Clear Channel is the world’s largest radio station company. They own over 1,200 radio stations in America. According to today’s edition of Inside Radio the enormous financing deal for the sale of the company (involving multiple banks and financial institutions) has finally been completed:


Clear Channel: Have cash, will close.
Bain Capital and THL Partners have placed their portion of the funding for the $17.9 billion Clear Channel buyout into an escrow account. The banks deposited their cash last week. Clear Channel’s Mark Mays says the financing is “ready to deploy” as soon as shareholders approve the buyout.



Clear Channel is also one of the biggest outdoor advertising companies in the world. The company had previously sold their tv stations and gotten out of live events.

The company started in 1972 with a single radio station in San Antonio. By 1995 they had grown to 43 radio stations (mostly in Texas.) That’s when the Clinton administration passed The Telecommunications Act of 1996.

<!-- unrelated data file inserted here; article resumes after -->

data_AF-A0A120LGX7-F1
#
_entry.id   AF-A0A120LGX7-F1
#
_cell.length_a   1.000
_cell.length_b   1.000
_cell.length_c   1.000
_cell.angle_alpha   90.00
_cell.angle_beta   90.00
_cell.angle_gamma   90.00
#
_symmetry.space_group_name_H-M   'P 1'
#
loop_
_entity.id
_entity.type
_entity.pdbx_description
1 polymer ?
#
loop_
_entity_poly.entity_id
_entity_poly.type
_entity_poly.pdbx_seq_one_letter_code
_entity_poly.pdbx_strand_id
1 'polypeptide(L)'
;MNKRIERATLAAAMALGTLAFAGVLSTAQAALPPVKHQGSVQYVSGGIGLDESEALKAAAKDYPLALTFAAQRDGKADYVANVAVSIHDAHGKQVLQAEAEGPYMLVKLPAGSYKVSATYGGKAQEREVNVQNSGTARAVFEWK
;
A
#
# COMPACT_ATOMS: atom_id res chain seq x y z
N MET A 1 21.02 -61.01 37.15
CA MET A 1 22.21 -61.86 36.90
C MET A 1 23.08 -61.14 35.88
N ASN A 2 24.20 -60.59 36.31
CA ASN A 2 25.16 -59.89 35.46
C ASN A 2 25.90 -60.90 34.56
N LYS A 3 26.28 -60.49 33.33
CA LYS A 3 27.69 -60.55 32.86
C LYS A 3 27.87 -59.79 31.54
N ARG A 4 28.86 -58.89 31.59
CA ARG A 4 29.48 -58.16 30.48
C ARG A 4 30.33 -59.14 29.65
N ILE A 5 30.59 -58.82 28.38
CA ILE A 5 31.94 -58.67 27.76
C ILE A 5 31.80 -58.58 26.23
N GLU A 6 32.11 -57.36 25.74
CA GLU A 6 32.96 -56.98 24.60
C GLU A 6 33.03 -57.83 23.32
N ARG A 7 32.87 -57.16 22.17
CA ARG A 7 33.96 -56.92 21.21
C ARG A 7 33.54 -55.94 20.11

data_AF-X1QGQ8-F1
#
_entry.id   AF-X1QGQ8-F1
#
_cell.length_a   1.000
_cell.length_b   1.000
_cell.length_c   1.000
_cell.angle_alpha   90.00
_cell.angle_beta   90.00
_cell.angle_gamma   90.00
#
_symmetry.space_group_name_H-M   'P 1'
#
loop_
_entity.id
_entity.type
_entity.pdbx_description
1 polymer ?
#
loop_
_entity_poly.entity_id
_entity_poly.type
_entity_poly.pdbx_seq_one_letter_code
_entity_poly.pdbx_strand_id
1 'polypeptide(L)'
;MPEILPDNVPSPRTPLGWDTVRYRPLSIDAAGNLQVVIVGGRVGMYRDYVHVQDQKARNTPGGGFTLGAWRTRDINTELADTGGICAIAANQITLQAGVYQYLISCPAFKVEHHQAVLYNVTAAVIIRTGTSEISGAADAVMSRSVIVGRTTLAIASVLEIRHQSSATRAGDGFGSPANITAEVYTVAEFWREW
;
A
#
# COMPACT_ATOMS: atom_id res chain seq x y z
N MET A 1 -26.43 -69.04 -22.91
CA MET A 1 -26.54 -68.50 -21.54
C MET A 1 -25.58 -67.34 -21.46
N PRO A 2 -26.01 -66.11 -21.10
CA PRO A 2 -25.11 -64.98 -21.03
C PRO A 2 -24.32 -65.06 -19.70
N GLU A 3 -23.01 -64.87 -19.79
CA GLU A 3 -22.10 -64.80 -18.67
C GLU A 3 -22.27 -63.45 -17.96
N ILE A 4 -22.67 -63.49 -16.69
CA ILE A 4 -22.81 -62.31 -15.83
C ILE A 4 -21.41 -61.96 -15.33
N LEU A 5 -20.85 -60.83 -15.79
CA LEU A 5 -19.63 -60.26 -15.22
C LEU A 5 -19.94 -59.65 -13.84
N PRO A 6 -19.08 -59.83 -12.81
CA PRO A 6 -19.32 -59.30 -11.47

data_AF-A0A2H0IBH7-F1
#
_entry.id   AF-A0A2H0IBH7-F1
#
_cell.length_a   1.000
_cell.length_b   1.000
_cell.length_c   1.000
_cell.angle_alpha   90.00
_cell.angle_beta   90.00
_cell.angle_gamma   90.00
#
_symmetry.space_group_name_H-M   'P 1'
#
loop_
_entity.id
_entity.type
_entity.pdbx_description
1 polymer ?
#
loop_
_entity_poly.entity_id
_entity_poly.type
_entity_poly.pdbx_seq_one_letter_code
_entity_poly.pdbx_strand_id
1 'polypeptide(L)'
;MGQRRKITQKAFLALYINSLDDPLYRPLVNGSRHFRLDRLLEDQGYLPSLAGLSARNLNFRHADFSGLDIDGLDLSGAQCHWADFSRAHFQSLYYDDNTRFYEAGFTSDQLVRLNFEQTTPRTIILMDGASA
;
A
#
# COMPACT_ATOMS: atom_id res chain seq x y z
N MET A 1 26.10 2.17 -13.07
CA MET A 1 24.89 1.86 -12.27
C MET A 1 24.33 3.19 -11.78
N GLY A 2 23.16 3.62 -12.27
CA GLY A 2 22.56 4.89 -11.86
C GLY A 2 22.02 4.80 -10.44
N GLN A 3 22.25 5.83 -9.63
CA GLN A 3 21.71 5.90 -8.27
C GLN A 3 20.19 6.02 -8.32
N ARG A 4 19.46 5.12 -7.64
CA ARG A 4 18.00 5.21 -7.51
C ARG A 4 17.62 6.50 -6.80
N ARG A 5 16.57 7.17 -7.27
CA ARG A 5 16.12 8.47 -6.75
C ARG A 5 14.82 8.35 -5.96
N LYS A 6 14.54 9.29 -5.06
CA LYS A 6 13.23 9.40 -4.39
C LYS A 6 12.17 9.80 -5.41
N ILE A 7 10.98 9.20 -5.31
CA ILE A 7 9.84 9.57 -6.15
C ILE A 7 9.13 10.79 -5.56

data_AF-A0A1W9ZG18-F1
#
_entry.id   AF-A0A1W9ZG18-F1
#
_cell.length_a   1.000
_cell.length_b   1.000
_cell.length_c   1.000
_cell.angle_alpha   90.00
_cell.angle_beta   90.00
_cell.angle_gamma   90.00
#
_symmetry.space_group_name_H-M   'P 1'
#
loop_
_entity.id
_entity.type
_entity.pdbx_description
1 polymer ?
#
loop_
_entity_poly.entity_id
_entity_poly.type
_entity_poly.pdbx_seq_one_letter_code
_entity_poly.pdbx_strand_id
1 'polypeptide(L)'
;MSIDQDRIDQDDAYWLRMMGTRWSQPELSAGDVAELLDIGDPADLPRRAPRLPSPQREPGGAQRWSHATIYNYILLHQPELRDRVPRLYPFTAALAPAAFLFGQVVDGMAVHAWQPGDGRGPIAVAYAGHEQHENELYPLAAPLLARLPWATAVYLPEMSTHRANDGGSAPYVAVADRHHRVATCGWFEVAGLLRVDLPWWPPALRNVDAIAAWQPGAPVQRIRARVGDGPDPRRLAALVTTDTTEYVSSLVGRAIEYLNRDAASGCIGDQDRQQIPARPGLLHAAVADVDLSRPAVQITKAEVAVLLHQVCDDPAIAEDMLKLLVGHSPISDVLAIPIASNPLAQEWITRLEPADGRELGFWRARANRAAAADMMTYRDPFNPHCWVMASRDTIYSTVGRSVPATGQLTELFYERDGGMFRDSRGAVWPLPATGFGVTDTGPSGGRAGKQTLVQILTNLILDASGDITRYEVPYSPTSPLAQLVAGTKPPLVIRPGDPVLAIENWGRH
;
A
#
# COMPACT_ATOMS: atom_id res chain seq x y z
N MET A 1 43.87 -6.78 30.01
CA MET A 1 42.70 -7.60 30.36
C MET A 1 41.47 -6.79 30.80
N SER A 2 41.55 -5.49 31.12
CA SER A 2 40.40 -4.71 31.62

This act deregulated media ownership, allowing a company to own more radio stations in every market. Previously the amount of stations a company could have in any single market was severely restricted by the FCC. Clear Channel went on a buying spree, purchasing more than 70 other media companies, plus individual stations.

The company loaded its board with close personal friends of both Republicans (Tom Hicks was one of George W. Bush’s biggest donors and a friend of the Bush family) and Democrats (Vernon Jordan was a longtime Clinton advisor.)

The sale of Clear Channel was first announced in November of 2006. However, because of FCC red tape and the recent credit market crunch, the sale has taken a year-and-a-half to finalize. Apparently the deal is now final pending stockholder and FCC approval.

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